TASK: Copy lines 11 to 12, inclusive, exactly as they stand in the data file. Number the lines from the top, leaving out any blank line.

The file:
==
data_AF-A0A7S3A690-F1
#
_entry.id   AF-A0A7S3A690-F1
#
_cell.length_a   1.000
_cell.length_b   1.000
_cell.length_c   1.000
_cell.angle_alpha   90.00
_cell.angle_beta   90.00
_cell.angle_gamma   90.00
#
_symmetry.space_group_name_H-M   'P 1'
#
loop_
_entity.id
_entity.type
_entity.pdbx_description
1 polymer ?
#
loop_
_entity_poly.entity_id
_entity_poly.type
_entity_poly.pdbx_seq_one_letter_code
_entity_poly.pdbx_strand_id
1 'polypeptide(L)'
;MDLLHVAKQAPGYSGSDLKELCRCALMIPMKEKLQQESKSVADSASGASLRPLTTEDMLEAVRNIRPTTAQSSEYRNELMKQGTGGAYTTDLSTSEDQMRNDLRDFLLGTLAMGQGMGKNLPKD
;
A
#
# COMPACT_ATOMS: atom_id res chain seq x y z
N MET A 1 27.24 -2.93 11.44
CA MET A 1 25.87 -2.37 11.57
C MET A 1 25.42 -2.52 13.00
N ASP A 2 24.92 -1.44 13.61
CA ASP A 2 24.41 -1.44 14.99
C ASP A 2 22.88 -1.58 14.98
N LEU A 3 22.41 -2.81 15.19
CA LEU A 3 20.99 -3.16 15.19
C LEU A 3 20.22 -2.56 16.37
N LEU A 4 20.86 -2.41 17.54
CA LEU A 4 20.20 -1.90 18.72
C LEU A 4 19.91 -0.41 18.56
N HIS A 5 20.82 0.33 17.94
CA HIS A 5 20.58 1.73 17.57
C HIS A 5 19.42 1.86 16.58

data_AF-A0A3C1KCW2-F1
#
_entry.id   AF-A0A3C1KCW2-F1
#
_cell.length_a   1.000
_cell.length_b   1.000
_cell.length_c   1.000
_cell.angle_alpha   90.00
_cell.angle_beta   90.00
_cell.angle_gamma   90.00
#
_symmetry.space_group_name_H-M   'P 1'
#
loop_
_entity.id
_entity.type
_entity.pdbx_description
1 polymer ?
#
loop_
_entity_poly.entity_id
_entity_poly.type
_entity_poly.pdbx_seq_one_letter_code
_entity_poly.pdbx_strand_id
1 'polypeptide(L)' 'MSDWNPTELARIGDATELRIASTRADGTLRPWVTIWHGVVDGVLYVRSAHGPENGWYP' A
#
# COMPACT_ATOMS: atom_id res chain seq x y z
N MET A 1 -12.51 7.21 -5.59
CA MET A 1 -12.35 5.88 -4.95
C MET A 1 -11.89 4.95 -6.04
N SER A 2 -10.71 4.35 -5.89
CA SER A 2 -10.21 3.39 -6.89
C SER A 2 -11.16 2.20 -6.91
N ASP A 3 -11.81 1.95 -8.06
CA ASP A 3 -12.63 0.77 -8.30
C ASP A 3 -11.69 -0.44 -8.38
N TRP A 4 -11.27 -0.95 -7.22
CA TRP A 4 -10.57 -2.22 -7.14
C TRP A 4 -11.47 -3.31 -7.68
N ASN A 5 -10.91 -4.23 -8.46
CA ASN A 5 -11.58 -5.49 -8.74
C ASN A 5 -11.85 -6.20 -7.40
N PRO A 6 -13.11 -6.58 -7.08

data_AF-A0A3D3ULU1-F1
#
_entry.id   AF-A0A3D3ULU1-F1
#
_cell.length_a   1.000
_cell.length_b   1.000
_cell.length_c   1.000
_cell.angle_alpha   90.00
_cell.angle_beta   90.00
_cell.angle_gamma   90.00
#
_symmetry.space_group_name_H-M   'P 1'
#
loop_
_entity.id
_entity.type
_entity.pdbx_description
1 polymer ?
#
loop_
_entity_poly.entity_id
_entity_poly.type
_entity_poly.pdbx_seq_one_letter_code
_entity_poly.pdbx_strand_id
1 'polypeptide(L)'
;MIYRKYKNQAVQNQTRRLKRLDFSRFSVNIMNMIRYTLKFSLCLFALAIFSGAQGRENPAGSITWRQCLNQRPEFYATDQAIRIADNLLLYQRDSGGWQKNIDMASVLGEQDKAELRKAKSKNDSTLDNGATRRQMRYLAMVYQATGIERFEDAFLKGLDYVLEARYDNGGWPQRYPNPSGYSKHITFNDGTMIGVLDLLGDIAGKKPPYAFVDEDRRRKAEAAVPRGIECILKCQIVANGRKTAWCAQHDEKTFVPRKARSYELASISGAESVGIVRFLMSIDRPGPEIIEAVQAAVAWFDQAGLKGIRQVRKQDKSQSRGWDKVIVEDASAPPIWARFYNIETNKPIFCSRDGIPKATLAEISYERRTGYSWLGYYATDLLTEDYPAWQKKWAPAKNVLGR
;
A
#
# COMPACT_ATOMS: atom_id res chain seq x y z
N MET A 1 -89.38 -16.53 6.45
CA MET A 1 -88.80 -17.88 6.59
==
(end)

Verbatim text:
#
_symmetry.space_group_name_H-M   'P 1'